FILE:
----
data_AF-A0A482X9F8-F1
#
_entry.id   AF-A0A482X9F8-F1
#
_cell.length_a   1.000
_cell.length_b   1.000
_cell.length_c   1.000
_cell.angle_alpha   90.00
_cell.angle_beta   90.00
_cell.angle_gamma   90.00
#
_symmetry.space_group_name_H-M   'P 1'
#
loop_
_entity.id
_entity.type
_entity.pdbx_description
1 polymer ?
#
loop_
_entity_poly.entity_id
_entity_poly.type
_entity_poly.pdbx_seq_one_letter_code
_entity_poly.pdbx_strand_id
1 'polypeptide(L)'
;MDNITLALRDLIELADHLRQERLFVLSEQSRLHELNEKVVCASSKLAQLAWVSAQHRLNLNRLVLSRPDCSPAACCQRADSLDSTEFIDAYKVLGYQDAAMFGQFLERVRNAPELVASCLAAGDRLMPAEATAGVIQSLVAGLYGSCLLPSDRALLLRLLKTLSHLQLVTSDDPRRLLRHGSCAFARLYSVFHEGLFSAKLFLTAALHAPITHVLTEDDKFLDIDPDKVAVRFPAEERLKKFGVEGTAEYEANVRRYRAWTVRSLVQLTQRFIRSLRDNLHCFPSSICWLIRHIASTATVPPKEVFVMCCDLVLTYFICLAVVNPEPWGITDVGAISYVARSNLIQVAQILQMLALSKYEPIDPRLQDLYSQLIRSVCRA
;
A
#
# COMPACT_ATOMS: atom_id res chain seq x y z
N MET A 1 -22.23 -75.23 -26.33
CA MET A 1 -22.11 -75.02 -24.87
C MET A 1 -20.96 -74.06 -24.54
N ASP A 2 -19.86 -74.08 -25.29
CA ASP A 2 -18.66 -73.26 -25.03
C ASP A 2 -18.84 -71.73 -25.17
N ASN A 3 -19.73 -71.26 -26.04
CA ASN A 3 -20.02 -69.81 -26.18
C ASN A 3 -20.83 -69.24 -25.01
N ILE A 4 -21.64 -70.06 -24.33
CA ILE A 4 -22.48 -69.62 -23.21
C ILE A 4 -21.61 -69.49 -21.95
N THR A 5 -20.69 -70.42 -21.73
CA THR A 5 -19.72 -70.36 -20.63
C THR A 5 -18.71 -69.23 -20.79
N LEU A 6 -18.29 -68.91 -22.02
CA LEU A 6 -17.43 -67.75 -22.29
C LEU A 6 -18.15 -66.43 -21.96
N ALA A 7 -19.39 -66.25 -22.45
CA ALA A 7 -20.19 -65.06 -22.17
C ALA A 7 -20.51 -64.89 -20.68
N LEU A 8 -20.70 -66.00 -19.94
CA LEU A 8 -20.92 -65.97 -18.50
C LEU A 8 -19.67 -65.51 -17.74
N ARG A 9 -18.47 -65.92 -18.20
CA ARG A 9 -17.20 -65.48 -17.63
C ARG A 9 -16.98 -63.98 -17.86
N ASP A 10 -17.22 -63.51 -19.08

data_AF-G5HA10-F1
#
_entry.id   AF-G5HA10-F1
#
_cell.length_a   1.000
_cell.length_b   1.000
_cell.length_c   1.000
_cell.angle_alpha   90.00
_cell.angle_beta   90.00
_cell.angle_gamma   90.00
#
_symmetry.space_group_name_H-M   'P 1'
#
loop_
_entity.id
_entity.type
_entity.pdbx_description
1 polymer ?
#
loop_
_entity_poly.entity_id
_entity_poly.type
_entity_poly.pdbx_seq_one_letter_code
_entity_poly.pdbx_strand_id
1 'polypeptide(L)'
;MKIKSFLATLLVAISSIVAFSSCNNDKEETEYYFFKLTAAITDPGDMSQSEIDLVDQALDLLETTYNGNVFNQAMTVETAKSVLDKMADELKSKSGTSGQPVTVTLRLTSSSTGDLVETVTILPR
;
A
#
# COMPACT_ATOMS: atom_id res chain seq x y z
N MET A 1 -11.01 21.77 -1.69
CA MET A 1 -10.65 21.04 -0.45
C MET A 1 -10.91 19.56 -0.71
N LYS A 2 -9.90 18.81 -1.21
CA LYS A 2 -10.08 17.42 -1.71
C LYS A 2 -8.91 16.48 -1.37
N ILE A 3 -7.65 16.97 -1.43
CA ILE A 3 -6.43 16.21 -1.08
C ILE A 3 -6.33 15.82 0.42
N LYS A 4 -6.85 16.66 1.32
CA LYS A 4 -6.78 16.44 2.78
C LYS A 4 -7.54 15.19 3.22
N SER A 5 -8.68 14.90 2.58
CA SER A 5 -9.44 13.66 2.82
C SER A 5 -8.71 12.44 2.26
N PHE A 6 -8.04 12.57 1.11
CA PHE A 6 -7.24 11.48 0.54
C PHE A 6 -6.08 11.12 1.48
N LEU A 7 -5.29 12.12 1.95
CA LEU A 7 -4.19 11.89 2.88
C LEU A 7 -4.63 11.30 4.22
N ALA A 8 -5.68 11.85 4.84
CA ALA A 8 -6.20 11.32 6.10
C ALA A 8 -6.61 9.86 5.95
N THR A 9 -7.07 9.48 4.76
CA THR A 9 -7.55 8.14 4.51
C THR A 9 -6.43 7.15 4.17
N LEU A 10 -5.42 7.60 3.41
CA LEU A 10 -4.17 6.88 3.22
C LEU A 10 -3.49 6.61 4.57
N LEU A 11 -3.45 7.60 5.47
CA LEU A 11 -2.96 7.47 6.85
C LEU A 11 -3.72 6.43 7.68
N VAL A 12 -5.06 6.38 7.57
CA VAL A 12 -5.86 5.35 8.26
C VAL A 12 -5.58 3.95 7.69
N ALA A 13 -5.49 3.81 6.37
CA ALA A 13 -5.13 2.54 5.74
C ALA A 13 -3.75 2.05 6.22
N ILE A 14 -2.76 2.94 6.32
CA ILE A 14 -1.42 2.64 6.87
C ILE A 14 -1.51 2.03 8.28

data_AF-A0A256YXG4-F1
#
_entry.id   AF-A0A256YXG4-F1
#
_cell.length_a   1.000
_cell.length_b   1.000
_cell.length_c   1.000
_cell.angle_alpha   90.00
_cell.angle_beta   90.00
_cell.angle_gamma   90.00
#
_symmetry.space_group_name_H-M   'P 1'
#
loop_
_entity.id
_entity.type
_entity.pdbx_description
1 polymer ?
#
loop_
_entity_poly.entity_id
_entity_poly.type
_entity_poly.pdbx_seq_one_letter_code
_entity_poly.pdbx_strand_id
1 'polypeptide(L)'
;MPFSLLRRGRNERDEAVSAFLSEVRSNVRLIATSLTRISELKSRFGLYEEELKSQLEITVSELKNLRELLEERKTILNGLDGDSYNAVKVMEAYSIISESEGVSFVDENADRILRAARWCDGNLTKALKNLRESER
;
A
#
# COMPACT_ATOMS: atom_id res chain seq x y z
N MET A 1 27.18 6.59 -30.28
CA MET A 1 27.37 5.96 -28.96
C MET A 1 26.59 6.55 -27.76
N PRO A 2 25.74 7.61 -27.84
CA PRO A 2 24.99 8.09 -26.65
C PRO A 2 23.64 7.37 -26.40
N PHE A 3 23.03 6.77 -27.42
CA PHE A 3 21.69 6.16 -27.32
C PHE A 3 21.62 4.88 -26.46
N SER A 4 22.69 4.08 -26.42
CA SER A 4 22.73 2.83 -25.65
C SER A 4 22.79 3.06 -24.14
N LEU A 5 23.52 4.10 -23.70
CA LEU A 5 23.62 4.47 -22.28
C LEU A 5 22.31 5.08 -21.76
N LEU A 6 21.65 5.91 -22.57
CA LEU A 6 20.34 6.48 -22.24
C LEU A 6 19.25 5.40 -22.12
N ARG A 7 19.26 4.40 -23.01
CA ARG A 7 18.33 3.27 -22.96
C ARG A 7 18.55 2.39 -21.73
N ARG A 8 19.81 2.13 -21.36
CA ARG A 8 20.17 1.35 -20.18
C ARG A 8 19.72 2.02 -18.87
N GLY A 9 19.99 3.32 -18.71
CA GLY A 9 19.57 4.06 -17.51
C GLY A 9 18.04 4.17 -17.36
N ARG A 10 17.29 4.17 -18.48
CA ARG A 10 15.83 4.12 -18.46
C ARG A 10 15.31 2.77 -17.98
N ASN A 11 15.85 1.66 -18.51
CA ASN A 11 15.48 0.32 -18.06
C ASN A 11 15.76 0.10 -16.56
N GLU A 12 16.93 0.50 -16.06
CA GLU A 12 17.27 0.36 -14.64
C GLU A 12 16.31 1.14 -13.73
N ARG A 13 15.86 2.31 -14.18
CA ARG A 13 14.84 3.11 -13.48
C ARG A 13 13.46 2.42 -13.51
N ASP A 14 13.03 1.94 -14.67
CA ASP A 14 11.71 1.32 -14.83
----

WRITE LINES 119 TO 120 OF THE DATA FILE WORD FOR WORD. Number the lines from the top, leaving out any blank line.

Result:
N LEU A 11 -3.45 7.60 5.47
CA LEU A 11 -2.96 7.47 6.85